I.e., rape. I know rape is in the world. I know it is destructive. I’ve seen it damage lives. And I’ve seen God redeem. But, what I don’t need to do is read the part of a book or watch a TV series which details a situation of rape. I don’t need to invite that in my mind to “know” about rape. I’m thinking of a book one of my youth group girls was reading. I haven’t read it, but I see how she struggles with her sexuality, her relationship with God, and for a period even suicide. I also see how her parents are okay with exposing her to things that are a bit mature for her age.
Compared to another one of our girls who is aware of what happens in the world, but her parents are careful to protect her from exposure to things which are dark, damaging, fracture her relationship with God. She’s being taught to be innocent, not naïve (or judgmental), and to take her thoughts captive.
Both of these girls come from solid Christian homes. I can’t say for sure that what each of these girls has or hasn’t been exposed to has been the big factor in who they are today, but I think it’s clear it has played a role. No barely 12-year-old girl should be reading intimate details about sex or rape. And while I may think not allowing your 12-year-old to watch Harry Potter could be a little excessive, I see how this other young girl is being shaped to cast her thoughts on what is good and to pursue God in all things.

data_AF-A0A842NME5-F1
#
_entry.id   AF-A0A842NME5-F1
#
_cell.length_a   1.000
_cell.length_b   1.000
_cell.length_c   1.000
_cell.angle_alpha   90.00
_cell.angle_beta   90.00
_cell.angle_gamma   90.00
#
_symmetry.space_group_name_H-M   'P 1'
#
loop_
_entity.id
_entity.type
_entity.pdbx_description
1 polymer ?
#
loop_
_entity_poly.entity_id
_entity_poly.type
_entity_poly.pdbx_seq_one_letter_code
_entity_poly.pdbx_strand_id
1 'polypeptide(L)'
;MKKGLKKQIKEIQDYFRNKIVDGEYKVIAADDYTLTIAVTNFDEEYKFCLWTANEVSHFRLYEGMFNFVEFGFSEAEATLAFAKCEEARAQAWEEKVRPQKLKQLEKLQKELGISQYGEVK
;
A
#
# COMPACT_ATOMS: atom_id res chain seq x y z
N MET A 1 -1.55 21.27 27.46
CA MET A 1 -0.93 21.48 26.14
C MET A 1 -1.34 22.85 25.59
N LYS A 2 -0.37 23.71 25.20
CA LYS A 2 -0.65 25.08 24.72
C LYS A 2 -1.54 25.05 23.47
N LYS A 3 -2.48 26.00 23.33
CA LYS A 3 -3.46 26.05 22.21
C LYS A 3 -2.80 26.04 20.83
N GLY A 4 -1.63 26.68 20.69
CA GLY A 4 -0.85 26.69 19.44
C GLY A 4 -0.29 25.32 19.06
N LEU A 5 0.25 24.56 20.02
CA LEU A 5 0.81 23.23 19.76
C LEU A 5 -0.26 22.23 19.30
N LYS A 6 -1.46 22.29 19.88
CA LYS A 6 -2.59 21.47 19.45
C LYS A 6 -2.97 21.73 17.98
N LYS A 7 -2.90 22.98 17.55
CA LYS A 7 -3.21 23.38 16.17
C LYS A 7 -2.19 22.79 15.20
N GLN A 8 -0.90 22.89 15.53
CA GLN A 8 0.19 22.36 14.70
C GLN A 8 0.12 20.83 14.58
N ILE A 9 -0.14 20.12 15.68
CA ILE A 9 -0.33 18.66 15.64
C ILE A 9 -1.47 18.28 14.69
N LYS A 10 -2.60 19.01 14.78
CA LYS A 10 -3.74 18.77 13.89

Which leads me to the Armor of God. If we are sheep among wolves, if we are God’s people aware of the spiritual battle around us, we need the armor of God. We need our faith, especially when we don’t have answers to why God is still good in hard situations, but know that he is. We need the encouragement of salvation when doubt comes into our minds if we are truly loved by God. We need to know the scriptures, not just where to find them in the Bible, but to really be so in-tuned we can recite them when necessary. We need the breastplate of righteousness because frankly, the world is watching.
And with the armor of God and I think it’s important to ask, do we believe in spiritual warfare? Do we believe the world we live in isn’t just made up of cold, hard facts or only what we can see?